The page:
“Tell me a story,” Juniper French asks her parents, “tell me about when I was a baby.”
This is her tale, “Juniper: The Girl Who Was Born Too Soon,” a heartfelt, humorous tribute to her parents’ desperate fight for the salvation of a daughter born 24 weeks premature — the most vulnerable and least viable time a child can be born. This is a tale not only of parenthood but of the supreme love and dedication that it asks of those who wish to pursue it.
At the outset the story seems so simple: A couple meets, falls in love, gets married and tries to start their family — though the latter is much harder to obtain than the rest. There is no lack of obstacles. In a seamless back-and-forth narrative, authors and journalists Kelley and Thomas French share their arduous struggle to conceive, the personal strain of undergoing in vitro fertilization and their long climb toward parenthood, all to realize their long-held, cherished dream of a daughter.
For the lucky, this was the hardest part; for the Frenches it was only the beginning.
What follows is a candid chronicle of a parent’s worst nightmare — the Sisyphean task of keeping a premature child alive. Kelley undergoes a troublesome and complicated pregnancy, constantly bedridden and sick, then a stalled labor, and then the final terrifying, nearly fatal birth of “a glass shrimp” with skin so fragile that the beat of her heart was visible.
Baby Girl French had arrived, all 20 ounces of her.
Neither writer shies away from the questions no parent wants to ask themselves: Do they persist and save their daughter, despite the fact she might have long-lasting developmental delays; despite the fact she may hate them for it; despite the constant rollicking wave of risen-then-dashed hopes and the toll it would take on their marriage?
Although the answer is not simple, even for these Pulitzer Prize-winning journalists, it is an unequivocal yes, a decision illustrated in a series of little, intricate moments. Kelley fills an iPod with womb noises to play for her daughter, to make her feel safe and loved; Thomas arrives every day to read “Harry Potter” to a baby drowning in wires and machinery, so she could hear his voice. They surrender their lives to a state of flux as every day presents new challenges to the survival of their daughter.
The authors take turns telling Juniper’s story in alternating chapters. The result is a compelling narrative that braids together the writers’ unique voices and perspectives. Kelley is admirable for her candor and honesty, but she also endears with her funny asides and all-too-human worries. Thomas is ever observant, level headed and thoughtful, ascribing significance to everyday events that might go unnoticed by others.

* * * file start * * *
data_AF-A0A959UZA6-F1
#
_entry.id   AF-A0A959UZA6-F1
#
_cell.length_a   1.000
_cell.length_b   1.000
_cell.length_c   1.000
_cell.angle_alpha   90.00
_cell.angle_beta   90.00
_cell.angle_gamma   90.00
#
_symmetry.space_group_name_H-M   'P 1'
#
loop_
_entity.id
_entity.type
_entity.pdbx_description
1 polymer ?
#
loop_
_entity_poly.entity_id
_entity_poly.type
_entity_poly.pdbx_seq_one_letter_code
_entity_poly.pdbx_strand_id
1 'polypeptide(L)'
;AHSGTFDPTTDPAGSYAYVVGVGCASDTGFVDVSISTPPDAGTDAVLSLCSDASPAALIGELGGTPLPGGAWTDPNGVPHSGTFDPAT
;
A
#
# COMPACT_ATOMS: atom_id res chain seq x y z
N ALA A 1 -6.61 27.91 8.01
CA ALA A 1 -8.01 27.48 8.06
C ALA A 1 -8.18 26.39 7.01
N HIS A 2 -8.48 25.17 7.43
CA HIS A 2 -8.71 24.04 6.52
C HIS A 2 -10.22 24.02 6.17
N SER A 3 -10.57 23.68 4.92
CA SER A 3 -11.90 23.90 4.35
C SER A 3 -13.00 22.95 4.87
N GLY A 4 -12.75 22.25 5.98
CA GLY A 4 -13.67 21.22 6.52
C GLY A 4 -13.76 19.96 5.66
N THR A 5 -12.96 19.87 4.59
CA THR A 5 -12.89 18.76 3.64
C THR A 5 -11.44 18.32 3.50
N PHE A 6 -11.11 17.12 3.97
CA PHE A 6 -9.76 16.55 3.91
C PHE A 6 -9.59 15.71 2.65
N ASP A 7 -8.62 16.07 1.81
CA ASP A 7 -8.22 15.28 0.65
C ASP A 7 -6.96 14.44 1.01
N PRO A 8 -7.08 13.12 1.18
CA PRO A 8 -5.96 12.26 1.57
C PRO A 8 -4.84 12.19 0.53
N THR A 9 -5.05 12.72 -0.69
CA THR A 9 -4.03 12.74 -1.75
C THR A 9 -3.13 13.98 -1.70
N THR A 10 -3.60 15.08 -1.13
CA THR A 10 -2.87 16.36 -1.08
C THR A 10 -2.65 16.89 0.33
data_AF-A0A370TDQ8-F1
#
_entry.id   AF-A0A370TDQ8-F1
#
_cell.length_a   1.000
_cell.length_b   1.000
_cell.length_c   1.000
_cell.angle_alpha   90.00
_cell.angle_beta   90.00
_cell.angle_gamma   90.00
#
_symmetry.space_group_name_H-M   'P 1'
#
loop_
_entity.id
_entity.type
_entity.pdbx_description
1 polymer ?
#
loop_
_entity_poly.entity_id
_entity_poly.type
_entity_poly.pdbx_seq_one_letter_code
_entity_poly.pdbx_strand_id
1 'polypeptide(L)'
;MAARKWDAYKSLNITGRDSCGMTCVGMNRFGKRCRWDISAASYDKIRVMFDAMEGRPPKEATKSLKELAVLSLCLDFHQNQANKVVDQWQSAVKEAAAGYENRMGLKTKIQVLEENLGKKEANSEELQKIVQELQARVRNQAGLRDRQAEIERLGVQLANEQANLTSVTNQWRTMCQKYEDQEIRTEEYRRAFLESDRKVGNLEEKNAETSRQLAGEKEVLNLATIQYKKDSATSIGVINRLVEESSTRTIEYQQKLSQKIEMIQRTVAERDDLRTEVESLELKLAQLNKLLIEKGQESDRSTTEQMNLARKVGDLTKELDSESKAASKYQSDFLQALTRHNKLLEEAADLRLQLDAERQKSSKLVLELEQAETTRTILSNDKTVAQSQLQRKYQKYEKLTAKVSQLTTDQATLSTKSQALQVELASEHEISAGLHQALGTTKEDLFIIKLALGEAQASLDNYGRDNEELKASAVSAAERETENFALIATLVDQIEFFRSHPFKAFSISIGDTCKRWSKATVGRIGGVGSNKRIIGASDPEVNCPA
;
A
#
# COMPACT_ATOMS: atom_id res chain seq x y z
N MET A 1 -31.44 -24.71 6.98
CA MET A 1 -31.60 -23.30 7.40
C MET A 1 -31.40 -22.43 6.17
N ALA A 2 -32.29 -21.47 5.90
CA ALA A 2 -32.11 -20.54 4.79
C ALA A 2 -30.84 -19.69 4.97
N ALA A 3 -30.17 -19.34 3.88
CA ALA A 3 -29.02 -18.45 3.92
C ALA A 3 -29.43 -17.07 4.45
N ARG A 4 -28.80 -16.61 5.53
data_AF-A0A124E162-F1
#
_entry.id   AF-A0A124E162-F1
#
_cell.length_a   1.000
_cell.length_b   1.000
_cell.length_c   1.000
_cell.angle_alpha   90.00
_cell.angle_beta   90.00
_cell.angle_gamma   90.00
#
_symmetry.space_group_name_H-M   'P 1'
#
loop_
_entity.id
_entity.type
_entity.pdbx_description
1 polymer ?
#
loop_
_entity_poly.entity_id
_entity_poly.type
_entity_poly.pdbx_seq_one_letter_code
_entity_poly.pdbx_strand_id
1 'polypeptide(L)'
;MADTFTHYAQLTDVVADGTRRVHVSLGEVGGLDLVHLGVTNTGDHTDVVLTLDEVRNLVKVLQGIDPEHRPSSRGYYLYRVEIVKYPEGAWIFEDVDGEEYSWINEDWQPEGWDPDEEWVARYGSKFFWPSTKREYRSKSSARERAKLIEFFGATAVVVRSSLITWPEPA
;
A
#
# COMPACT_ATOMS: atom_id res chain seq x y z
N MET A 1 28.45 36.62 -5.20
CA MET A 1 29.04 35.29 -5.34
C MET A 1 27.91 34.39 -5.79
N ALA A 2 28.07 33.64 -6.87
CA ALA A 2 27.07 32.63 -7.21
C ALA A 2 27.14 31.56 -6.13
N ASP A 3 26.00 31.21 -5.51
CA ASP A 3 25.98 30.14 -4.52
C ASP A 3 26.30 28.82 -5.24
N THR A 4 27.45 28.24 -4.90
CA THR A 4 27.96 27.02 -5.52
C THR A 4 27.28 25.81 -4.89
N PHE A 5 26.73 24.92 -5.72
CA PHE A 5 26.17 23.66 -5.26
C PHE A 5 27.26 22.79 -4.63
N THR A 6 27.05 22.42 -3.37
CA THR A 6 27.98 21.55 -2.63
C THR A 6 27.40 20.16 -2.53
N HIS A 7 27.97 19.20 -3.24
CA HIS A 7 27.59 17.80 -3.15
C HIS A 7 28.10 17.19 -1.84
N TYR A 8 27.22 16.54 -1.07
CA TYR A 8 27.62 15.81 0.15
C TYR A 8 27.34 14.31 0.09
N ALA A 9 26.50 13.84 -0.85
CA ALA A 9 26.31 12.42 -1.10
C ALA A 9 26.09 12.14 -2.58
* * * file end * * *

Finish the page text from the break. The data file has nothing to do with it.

The natural rhythm of their storytelling speaks not only to the authors’ strengths as writers, but to the strength of their partnership as well. Where Kelley feels, Thomas reacts; where Thomas reflects, Kelley intuits. Theirs is a unified front, fortified by their indelible sense of humor, their ability to meet a challenge head-on and speak about it openly, and their love for their child, so fraught with problems.
In her struggle to survive, Juniper experiences extraordinary complications with basic body functions from her intestines and her lungs to her kidneys and her eyes. She endures innumerable surgeries and illnesses.
“She was perpetually dying, then not dying, then dying again. Slowly, we discovered that the only escape was to create a world for her beyond the box.”
The Frenches’ wit provides much light amid all the darkness. At one point, Kelley is told her daughter’s head might become shaped like a toaster because of the way her skull was developing. “If she ended up with a head like a kitchen appliance, well, kids look so great in hats,” she quips.
As Juniper grows, they dress her up in costumes like Harry Potter, Aretha Franklin. The story of her dark struggle is offset by the Frenches’ resistance to despair. And every ailment is rewarded with moments when Juniper grabs their finger, when she opens her eyes, survives another day, another surgery.
The book’s epigraph is a quote from Mary Shelley’s “Frankenstein,” about “unfashioned creatures, but half made up.” The reference conjures to mind images of a monster, something unnatural and inhuman. Neither of these ascriptions, however, apply. There is nothing monstrous about Juniper French, a baby created from love and cared for by parents who worked so hard to bring her into this world. Their dedication to her is staggering in its raw intensity. Despite the challenges, the weaknesses, the negatives of their experiences, the Frenches were going to wait for their daughter to come home with them, and the imperfection of their situation made them stronger for it. Indeed, had their story been without challenges, if Juniper was a fairytale child, perfect from birth, then there would not be as much meaning in the telling, for the fight itself inscribes greatness into the Frenches, and their daughter.
“A story is a promise … a promise that the end is worth waiting for.” That is Thomas’ much-uttered mantra, and Juniper proves it to be true. Their story is a remarkable account, a truly moving and indomitable work, and in giving all for their daughter, they reveal the best in themselves. At the close of the book, Juniper asks her parents to tell her a story. “Watch,” she says, “you might be mad, but this might be amazing.” And Juniper French is absolutely right.
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